DARPA programs aim for circuit chips that go up, not out

DARPA programs aim for circuit chips that go up, not out

The Defense Department is funding development programs to improve the efficiency of integrated circuit chips by stacking them in layers.

'You can only get a certain amount of circuitry in an area of silicon,' said Ken Williams of MCNC Research & Development Institute of Research Park Triangle, N.C.

Chip developers are shrinking the size of the circuits to get the most out of that space, but the next step in design efficiency is to go up, not out.

'You're building in the third dimension,' said Williams, vice president of the institute's Material and Electronic Technologies Division.

MCNC is working on a pair of programs with the Defense Advanced Research Projects Agency to develop prototype products using 3-D chips.

The institute is working with DRS Technologies Inc. of Parsippany, N.J., in the Vertically Interconnected Sensor Arrays program to produce more efficient and sensitive infrared sensing devices. It is working with Lucent Technologies Inc. of Murray Hill, N.J., on the Coherent Communications Imaging and Targeting program to develop technology to correct atmospheric distortion in optical systems.

The idea of stacking chips is not new. The new part is how the layers are interconnected. Traditional chips sometimes are stacked to save real estate, but the connections still are at the edge of the chips and are no shorter than on side-by-side configurations. So there is little if any improvement in performance, Williams said.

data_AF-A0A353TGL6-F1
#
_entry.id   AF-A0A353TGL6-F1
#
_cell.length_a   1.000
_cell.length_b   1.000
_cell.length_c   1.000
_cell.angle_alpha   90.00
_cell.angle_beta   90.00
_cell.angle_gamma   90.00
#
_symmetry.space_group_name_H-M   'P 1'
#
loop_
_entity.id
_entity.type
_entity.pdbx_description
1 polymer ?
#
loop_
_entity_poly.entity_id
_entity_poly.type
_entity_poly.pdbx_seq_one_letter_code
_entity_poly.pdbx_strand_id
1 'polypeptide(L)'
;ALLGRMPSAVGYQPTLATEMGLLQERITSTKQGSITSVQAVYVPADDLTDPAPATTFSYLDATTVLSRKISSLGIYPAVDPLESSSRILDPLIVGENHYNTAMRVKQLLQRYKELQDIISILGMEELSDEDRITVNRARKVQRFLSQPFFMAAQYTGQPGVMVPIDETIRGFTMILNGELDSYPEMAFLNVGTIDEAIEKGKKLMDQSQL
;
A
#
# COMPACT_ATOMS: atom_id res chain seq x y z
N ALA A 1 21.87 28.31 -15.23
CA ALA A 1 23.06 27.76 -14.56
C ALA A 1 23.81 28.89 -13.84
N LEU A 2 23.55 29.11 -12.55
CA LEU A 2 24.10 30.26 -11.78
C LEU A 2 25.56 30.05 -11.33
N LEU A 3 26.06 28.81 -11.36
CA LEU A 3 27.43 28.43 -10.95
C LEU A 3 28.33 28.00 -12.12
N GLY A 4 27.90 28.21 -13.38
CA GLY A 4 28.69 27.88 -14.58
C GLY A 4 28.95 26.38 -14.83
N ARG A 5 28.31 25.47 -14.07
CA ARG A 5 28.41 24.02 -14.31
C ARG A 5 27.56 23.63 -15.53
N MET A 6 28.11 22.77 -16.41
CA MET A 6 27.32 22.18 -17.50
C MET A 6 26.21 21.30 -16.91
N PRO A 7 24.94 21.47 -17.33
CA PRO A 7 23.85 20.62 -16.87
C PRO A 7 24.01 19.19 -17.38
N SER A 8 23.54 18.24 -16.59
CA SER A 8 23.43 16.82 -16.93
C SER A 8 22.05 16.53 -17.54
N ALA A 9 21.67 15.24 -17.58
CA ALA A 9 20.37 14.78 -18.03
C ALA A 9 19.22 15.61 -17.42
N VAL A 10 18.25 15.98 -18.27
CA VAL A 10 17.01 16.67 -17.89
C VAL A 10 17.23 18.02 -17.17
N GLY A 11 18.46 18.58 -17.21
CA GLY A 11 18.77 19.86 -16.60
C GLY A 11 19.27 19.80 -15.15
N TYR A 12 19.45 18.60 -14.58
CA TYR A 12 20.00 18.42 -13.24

The MCNC technology drills connections straight through the silicon from one layer to the next, significantly shortening length and boosting signal processing.

Current applications use only three or four layers but require a high density of interconnects, Williams said.

In the VISA program, the first layer contains infrared detectors, the second layer is an analog processor and the third is for digital circuits. A fourth layer could be used to process color. In the CCIT, the first layer contains mirrors controlled by micro-electro-mechanical accuators. The second layer contains high voltage drivers for the accuators and the third layer does processing to correct distortion.

The VISA system could be used in night vision applications. The CCIT would work on optical data communications links, imaging or targeting. In each case, interconnects are required for processing each pixel produced by an infrared sensor or mirror.

Each program is in its second phase. In the first phase of the VISA program, MCNC demonstrated the operability of the densely packed interconnects. In phase two, circuitry will be connected with real sensors to produce a prototype.

A number of other research facilities are working on similar technologies. As size restrictions limit how closely circuits can be packed on a chip, companies also are believed to be working on the technology. But they are keeping quiet about their work, Williams said.

'We think companies like Intel and others are working down that path as a way to keep the process of Moore's law,' which predicts that computing power will double every 18 to 24 months.

About the Author

William Jackson is a Maryland-based freelance writer.

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